Sniffing or snorting heroin in combination with cocaine appear to significantly increase the risk of becoming infected with hepatitis C even for drug users who do not use needles, according to New York City researchers.
The high rate of hepatitis C among injecting drug users -- who frequently share syringes, a common method of transmission of the virus -- is easy to understand.
But researchers have long been puzzled as to why the prevalence of hepatitis C infection among noninjecting drug users is higher than for the general population. This new study involving 276 noninjecting drug users, reported in the Journal of Medical Virology, may provide one answer.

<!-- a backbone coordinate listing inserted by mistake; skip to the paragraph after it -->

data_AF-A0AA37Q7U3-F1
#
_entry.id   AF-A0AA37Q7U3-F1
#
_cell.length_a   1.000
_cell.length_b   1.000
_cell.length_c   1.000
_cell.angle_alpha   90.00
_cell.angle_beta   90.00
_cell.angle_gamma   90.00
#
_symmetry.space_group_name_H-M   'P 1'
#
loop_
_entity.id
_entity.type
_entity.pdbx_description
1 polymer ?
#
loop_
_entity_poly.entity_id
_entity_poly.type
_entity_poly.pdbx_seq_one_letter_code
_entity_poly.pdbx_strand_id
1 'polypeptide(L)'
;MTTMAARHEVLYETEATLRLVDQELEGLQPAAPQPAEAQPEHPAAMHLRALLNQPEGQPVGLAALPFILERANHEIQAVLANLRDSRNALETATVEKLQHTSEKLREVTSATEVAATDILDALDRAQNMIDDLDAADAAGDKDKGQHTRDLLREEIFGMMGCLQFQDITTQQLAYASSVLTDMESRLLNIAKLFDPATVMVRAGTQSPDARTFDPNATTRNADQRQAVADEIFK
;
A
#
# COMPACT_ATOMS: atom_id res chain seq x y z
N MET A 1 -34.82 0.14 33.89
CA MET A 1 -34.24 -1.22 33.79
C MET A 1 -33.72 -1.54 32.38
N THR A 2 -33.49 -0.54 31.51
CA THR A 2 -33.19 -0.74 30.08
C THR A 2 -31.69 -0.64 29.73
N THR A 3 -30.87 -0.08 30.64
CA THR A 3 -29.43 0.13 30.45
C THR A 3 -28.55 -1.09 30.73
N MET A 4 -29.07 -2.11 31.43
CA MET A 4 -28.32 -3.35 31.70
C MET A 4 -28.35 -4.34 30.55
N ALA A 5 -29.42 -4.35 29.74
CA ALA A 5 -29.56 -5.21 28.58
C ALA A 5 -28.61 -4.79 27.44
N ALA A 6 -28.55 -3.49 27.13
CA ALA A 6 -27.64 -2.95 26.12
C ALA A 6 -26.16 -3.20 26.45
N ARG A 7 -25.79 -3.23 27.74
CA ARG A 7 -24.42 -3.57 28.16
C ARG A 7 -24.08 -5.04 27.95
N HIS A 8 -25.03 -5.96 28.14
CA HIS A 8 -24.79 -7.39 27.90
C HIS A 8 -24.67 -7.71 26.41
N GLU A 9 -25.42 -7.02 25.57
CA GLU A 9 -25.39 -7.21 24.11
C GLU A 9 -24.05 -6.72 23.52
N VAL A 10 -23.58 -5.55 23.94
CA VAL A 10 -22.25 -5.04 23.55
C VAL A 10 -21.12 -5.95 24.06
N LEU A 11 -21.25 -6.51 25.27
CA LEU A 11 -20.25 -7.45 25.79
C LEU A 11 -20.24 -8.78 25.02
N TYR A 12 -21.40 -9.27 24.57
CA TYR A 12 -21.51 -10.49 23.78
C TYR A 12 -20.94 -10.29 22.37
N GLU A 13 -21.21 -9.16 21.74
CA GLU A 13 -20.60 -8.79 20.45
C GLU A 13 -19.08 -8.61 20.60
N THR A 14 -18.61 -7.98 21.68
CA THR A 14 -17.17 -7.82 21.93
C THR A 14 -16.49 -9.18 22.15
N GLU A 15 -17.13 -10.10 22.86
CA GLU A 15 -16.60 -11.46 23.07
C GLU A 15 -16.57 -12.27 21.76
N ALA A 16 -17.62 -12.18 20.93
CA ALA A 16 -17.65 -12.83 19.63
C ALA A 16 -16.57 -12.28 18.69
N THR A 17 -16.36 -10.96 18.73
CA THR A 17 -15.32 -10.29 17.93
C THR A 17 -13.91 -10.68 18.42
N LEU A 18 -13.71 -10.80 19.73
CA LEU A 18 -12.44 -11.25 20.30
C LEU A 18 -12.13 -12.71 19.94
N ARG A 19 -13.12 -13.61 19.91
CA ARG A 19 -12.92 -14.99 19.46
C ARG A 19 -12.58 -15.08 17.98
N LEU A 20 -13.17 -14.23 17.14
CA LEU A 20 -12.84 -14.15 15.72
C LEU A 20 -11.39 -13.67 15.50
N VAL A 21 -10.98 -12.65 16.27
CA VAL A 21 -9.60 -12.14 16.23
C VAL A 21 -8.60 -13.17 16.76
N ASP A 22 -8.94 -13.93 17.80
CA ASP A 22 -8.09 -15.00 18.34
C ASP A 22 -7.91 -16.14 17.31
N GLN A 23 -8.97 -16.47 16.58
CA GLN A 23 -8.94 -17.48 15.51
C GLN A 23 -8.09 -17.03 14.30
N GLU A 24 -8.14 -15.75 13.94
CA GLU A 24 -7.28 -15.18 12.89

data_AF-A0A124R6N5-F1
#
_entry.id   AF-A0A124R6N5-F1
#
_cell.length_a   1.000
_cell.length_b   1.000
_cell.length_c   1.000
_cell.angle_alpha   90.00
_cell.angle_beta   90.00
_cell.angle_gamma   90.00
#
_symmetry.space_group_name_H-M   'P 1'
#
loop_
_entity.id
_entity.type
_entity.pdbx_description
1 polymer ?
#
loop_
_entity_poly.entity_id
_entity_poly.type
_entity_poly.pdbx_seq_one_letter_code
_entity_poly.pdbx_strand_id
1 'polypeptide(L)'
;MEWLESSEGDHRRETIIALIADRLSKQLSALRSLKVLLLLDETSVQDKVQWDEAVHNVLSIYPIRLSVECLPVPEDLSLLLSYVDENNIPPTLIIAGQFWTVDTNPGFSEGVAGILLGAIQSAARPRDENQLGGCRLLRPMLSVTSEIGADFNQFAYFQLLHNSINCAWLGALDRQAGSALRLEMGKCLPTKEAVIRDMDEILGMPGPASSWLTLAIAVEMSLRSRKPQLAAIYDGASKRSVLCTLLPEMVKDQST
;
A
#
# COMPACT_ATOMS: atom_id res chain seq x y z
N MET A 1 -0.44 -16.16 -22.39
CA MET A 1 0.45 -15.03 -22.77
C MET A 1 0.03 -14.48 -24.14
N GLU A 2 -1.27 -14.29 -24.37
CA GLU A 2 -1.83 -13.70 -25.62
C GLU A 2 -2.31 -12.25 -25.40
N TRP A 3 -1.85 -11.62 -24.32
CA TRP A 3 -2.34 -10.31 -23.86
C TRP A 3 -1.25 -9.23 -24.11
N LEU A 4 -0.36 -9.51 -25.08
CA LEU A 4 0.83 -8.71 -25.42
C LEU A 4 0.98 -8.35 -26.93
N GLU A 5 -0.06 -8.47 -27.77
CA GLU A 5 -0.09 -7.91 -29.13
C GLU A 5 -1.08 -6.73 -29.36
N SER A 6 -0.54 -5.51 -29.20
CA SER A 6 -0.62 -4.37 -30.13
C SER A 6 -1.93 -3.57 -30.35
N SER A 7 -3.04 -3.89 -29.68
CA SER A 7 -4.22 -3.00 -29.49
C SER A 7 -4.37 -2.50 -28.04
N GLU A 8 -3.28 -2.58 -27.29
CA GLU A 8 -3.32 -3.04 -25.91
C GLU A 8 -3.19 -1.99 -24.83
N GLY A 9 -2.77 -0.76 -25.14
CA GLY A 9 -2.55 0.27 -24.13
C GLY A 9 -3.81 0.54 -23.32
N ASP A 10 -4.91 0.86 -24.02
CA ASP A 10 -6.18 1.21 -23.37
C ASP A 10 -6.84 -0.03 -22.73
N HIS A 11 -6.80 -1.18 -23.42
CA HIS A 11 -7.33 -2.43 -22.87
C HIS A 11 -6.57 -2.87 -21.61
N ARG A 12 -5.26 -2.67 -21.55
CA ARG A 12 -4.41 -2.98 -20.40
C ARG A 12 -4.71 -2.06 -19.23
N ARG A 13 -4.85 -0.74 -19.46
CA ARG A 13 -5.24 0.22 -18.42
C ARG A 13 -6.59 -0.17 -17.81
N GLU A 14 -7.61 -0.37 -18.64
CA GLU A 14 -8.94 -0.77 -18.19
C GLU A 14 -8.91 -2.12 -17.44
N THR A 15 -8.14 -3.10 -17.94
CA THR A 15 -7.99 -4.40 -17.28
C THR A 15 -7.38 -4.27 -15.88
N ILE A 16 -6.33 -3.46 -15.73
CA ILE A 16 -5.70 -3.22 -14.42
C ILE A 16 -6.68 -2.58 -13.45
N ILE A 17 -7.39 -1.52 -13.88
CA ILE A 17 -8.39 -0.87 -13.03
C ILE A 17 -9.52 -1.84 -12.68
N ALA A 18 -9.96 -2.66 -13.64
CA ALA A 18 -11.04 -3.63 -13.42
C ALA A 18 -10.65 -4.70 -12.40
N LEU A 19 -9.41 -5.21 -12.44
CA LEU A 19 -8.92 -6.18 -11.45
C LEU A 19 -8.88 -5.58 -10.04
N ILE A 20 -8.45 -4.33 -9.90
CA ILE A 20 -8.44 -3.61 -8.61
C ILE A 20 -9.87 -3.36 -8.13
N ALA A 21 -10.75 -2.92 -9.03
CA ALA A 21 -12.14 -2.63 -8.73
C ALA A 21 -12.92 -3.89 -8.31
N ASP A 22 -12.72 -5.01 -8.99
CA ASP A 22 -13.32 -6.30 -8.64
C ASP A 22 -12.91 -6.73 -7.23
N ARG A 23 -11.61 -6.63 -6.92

When the researchers interviewed study participants about risk behaviors, they found that those who "ever sniffed or snorted heroin in combination with cocaine were significantly more likely to be infected with hepatitis C compared with those who never sniffed or snorted heroin with cocaine."
Researchers theorized that sniffing or snorting more drugs increases the likelihood of irritating the nasal vascular wall, resulting in bleeding in the nose. And that, in turn, might increase the likelihood of transmission of the hepatitis C virus when straws or rolled up dollar bills used to sniff or snort drugs are shared.
"These findings suggest that sniffing or snorting heroin with cocaine may explain the increase frequently found in hepatitis C infection among noninjectors, but further studies are necessary," the researchers concluded..
Other sources: Journal of Medical Virology